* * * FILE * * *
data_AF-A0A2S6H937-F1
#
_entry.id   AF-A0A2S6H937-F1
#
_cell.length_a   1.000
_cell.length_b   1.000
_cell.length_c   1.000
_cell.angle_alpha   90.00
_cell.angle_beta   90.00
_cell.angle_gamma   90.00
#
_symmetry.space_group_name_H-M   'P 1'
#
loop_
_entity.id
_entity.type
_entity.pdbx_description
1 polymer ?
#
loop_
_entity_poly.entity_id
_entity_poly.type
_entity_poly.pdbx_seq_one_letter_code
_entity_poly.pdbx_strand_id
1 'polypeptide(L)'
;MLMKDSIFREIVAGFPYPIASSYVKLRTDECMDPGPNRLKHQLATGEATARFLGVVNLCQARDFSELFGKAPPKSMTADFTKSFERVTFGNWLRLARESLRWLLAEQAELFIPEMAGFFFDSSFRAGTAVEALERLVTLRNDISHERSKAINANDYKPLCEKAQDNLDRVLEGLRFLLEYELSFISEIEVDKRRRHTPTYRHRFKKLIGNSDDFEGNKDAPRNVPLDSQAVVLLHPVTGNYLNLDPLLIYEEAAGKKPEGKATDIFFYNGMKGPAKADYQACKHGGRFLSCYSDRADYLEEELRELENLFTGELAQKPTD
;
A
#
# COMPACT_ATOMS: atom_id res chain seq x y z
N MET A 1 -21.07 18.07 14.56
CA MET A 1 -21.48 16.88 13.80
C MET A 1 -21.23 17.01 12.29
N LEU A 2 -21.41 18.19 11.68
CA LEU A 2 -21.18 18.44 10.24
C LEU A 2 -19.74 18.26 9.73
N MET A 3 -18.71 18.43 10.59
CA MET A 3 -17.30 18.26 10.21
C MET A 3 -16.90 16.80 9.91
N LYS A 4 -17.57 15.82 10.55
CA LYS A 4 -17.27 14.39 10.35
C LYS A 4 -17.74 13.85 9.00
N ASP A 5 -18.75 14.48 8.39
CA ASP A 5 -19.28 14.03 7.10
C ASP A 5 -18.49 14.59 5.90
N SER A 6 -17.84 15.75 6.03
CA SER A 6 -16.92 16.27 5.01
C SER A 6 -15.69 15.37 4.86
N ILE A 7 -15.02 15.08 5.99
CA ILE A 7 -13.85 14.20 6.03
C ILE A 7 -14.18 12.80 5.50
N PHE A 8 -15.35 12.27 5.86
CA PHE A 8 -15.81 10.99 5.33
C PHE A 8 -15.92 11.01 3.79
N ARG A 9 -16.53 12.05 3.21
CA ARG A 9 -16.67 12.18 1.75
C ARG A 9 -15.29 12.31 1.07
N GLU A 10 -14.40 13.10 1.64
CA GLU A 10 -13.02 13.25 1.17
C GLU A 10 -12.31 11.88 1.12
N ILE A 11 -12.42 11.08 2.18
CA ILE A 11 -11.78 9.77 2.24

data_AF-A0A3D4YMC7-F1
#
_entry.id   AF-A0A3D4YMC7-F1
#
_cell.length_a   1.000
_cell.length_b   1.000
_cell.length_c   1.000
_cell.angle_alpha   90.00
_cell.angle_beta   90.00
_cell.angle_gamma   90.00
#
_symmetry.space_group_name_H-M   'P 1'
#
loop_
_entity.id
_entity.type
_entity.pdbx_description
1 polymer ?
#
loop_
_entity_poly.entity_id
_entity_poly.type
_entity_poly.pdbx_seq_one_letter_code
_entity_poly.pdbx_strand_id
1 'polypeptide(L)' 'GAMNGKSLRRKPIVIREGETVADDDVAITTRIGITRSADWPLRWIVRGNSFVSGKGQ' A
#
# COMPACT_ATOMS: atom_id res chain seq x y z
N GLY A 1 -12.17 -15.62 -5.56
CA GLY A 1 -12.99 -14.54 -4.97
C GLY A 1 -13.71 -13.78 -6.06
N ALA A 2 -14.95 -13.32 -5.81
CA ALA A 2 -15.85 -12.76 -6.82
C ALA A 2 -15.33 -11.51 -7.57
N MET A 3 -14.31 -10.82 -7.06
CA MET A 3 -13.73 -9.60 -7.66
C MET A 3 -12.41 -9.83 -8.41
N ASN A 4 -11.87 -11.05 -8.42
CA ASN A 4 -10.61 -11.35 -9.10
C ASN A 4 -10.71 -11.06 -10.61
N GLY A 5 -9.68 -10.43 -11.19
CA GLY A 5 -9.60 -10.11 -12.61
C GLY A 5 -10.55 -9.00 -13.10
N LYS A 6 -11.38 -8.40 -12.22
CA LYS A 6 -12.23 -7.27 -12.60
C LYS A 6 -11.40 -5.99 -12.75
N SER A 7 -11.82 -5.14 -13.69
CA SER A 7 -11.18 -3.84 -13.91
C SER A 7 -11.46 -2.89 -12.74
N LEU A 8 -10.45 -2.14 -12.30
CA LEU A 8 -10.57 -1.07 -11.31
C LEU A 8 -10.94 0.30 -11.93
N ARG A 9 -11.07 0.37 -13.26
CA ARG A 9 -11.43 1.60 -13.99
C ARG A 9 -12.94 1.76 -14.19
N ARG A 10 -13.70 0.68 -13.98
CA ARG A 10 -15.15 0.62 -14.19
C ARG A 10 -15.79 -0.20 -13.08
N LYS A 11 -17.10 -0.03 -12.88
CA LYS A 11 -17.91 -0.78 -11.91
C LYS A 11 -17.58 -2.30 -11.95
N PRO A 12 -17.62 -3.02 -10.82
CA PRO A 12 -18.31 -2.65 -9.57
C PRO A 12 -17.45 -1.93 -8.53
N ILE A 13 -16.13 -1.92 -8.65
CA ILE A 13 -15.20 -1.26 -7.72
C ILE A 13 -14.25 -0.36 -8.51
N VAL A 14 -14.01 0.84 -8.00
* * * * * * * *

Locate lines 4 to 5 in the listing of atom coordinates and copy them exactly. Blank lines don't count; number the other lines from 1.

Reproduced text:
#
_cell.length_a   1.000